Corn, beans, and amaranth were the principle features of the staple diet of pre-Hispanic people from Mexico down to Peru. Yet, unlike corn and beans, which have remained mainstays of the South American diet, amaranth has been almost completely abandoned. Significant for its nutritional properties and suitability to survive in the most arid regions, this resistant crop has been rediscovered in the last thirty years.
The Amaranthus hypochondriacus plant is native to the Tehuacán Valley and can reach two to three meters in height. It has large green leaves and magnificent flowers: brilliantly colored plumes of deep red with green and salmon-pink nuances.
Thanks to its beauty, amaranth used to be widely employed in celebrations and religious rituals, including some particularly cruel ones, which provoked Christian missionaries to ban its cultivation. Five hundred years after it was abandoned, a slow but significant effort to revive its use and reintroduce some amaranth varieties has had some success. Amaranth can enrich the poor diet of many indigenous peoples in Central and South America as it is rich in protein (particularly lysine, a key amino acid involved in growth processes). Amaranth can be eaten as a vegetable: the leaves are even richer in iron than spinach, which makes it an ideal addition to a young person’s diet. It can also be eaten in salads, soups or dried and used as a spice.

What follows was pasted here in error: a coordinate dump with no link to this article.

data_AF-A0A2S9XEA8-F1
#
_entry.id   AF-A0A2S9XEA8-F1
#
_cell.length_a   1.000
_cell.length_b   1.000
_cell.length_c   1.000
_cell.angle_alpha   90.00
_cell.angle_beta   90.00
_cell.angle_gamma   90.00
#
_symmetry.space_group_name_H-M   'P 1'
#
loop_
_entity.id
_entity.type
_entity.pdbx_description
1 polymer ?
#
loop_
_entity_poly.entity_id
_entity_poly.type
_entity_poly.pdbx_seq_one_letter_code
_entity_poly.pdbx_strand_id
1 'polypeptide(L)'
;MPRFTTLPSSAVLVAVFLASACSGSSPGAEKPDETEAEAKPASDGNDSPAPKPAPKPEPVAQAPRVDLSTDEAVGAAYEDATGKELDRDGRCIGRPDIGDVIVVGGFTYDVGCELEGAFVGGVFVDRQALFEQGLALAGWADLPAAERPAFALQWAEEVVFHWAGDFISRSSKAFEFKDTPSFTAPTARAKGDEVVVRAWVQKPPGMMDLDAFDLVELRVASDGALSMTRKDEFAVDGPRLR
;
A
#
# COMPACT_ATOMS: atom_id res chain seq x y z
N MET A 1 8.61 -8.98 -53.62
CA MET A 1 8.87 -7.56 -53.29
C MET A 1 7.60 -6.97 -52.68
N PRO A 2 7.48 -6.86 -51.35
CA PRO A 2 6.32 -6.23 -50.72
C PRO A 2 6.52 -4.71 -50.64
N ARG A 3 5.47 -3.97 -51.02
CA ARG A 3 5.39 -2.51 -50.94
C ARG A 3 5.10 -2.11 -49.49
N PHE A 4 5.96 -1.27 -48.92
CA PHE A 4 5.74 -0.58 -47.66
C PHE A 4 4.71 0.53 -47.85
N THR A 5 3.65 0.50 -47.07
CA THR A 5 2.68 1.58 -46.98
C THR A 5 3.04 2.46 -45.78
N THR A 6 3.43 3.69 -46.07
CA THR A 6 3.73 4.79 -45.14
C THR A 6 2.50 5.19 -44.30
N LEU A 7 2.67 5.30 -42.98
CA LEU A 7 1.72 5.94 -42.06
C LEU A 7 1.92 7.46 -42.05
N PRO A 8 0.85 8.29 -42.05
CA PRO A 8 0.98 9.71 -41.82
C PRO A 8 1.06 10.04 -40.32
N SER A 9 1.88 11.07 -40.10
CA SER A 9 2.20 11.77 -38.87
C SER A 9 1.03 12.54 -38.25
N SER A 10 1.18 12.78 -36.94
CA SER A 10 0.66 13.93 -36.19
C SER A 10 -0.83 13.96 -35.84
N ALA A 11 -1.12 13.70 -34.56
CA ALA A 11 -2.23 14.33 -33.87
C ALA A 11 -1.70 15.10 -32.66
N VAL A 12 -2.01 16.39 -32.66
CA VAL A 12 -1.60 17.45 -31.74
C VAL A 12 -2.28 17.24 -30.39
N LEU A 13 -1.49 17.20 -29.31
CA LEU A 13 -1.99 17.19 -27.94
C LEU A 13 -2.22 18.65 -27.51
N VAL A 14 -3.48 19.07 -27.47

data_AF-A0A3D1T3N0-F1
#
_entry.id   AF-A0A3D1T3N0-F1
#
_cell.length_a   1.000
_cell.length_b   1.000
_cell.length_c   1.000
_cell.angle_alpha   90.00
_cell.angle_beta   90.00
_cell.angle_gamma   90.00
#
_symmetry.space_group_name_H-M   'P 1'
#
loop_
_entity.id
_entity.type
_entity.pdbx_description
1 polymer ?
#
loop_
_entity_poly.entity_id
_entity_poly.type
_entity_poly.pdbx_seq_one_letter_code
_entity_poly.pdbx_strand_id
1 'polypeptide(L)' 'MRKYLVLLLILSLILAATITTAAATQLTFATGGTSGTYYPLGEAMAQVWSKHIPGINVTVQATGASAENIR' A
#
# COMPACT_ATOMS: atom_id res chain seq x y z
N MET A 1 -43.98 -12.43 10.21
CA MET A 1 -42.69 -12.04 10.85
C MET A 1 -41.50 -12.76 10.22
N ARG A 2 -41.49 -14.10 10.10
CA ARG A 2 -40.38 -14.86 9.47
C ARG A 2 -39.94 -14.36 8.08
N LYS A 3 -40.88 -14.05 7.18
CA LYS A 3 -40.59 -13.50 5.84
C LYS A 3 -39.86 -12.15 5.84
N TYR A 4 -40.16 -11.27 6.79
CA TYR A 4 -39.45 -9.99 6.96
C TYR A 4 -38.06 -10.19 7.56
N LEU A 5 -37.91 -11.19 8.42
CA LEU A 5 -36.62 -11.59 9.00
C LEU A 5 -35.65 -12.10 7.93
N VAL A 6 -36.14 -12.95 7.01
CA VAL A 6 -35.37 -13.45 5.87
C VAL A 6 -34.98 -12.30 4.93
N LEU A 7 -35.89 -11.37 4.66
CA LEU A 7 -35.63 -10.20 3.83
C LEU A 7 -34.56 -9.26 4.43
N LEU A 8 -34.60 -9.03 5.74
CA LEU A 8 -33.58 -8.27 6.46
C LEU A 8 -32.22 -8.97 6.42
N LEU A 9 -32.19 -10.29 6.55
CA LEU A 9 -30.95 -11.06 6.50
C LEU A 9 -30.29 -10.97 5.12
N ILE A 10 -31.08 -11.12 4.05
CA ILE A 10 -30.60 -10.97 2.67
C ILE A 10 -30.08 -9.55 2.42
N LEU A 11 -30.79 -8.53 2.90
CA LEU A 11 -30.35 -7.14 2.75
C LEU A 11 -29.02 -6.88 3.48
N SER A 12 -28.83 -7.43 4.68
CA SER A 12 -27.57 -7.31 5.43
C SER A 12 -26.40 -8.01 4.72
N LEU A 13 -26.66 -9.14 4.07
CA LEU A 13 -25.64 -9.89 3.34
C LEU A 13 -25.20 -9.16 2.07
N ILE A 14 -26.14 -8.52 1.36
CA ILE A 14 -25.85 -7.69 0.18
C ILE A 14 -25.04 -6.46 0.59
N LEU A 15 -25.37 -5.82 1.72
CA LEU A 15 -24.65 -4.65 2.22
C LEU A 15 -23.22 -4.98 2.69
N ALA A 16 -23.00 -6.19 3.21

Toasted amaranth seeds are used to make traditional sweets such as alegría in Mexico. Alternatively, a flour can be produced for making tortillas (by mixing with corn flour), cakes and biscuits. Like buckwheat, amaranth also belongs to the category of minor cereals that do not contain gluten and thus can be used to make bread, pasta and biscuits for people with celiac disease.
Tehuacán valley, Puebla state
Alternativas y Procesos de Participación Social
Grupo de Empresas Sociales Quali
Raúl Hernández Garciadiego
tel. +52 2383712533